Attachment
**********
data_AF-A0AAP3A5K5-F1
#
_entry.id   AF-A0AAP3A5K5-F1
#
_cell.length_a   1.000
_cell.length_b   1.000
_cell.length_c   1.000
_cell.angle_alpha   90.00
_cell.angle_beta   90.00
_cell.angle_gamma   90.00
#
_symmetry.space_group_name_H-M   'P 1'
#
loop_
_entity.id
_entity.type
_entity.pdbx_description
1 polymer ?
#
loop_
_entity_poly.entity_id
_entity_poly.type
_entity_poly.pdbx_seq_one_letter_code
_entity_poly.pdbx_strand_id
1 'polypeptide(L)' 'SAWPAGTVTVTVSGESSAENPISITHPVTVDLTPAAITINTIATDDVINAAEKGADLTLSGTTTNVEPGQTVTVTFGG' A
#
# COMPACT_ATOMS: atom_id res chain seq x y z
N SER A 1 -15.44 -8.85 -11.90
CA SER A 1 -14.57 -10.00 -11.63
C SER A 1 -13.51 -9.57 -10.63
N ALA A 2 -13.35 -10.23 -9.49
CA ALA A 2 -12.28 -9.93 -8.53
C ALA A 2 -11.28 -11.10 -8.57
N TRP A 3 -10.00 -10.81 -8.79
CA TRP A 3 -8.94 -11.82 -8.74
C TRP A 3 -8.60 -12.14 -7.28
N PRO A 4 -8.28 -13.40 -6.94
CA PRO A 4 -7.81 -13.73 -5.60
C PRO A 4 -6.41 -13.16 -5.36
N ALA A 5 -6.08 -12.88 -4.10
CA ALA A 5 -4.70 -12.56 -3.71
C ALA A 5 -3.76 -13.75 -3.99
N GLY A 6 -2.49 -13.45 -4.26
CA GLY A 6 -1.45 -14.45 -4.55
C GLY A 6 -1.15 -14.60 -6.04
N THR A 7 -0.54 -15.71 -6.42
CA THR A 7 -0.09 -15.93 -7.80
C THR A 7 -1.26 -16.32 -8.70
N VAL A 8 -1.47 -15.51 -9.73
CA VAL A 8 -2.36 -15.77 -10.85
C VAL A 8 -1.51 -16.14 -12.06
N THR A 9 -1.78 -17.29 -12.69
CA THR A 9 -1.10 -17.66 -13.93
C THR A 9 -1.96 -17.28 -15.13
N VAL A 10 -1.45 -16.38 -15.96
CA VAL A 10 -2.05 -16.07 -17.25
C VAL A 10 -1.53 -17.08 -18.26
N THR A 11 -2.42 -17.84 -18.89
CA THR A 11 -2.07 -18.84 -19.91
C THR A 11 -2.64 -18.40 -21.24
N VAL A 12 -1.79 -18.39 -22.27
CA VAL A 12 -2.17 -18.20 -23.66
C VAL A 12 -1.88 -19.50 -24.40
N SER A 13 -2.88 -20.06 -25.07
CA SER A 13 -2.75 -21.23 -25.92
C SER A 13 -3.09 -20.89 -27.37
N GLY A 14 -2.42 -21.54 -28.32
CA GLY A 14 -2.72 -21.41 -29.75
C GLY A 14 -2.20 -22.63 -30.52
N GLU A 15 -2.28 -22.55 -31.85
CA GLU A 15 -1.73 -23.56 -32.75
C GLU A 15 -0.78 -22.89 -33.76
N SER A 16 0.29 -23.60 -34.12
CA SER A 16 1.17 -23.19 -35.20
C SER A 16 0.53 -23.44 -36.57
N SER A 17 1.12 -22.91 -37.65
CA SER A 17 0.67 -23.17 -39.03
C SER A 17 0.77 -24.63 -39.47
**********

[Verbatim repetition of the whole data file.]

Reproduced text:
data_AF-A0AAP3A5K5-F1
#
_entry.id   AF-A0AAP3A5K5-F1
#
_cell.length_a   1.000
_cell.length_b   1.000
_cell.length_c   1.000
_cell.angle_alpha   90.00
_cell.angle_beta   90.00
_cell.angle_gamma   90.00
#
_symmetry.space_group_name_H-M   'P 1'
#
loop_
_entity.id
_entity.type
_entity.pdbx_description
1 polymer ?
#
loop_
_entity_poly.entity_id
_entity_poly.type
_entity_poly.pdbx_seq_one_letter_code
_entity_poly.pdbx_strand_id
1 'polypeptide(L)' 'SAWPAGTVTVTVSGESSAENPISITHPVTVDLTPAAITINTIATDDVINAAEKGADLTLSGTTTNVEPGQTVTVTFGG' A
#
# COMPACT_ATOMS: atom_id res chain seq x y z
N SER A 1 -15.44 -8.85 -11.90
CA SER A 1 -14.57 -10.00 -11.63
C SER A 1 -13.51 -9.57 -10.63
N ALA A 2 -13.35 -10.23 -9.49
CA ALA A 2 -12.28 -9.93 -8.53
C ALA A 2 -11.28 -11.10 -8.57
N TRP A 3 -10.00 -10.81 -8.79
CA TRP A 3 -8.94 -11.82 -8.74
C TRP A 3 -8.60 -12.14 -7.28
N PRO A 4 -8.28 -13.40 -6.94
CA PRO A 4 -7.81 -13.73 -5.60
C PRO A 4 -6.41 -13.16 -5.36
N ALA A 5 -6.08 -12.88 -4.10
CA ALA A 5 -4.70 -12.56 -3.71
C ALA A 5 -3.76 -13.75 -3.99
N GLY A 6 -2.49 -13.45 -4.26
CA GLY A 6 -1.45 -14.45 -4.55
C GLY A 6 -1.15 -14.60 -6.04
N THR A 7 -0.54 -15.71 -6.42
CA THR A 7 -0.09 -15.93 -7.80
C THR A 7 -1.26 -16.32 -8.70
N VAL A 8 -1.47 -15.51 -9.73
CA VAL A 8 -2.36 -15.77 -10.85
C VAL A 8 -1.51 -16.14 -12.06
N THR A 9 -1.78 -17.29 -12.69
CA THR A 9 -1.10 -17.66 -13.93
C THR A 9 -1.96 -17.28 -15.13
N VAL A 10 -1.45 -16.38 -15.96
CA VAL A 10 -2.05 -16.07 -17.25
C VAL A 10 -1.53 -17.08 -18.26
N THR A 11 -2.42 -17.84 -18.89
CA THR A 11 -2.07 -18.84 -19.91
C THR A 11 -2.64 -18.40 -21.24
N VAL A 12 -1.79 -18.39 -22.27
CA VAL A 12 -2.17 -18.20 -23.66
C VAL A 12 -1.88 -19.50 -24.40
N SER A 13 -2.88 -20.06 -25.07
CA SER A 13 -2.75 -21.23 -25.92
C SER A 13 -3.09 -20.89 -27.37
N GLY A 14 -2.42 -21.54 -28.32
CA GLY A 14 -2.72 -21.41 -29.75
C GLY A 14 -2.20 -22.63 -30.52
N GLU A 15 -2.28 -22.55 -31.85
CA GLU A 15 -1.73 -23.56 -32.75
C GLU A 15 -0.78 -22.89 -33.76
N SER A 16 0.29 -23.60 -34.12
CA SER A 16 1.17 -23.19 -35.20
C SER A 16 0.53 -23.44 -36.57
N SER A 17 1.12 -22.91 -37.65
CA SER A 17 0.67 -23.17 -39.03
C SER A 17 0.77 -24.63 -39.47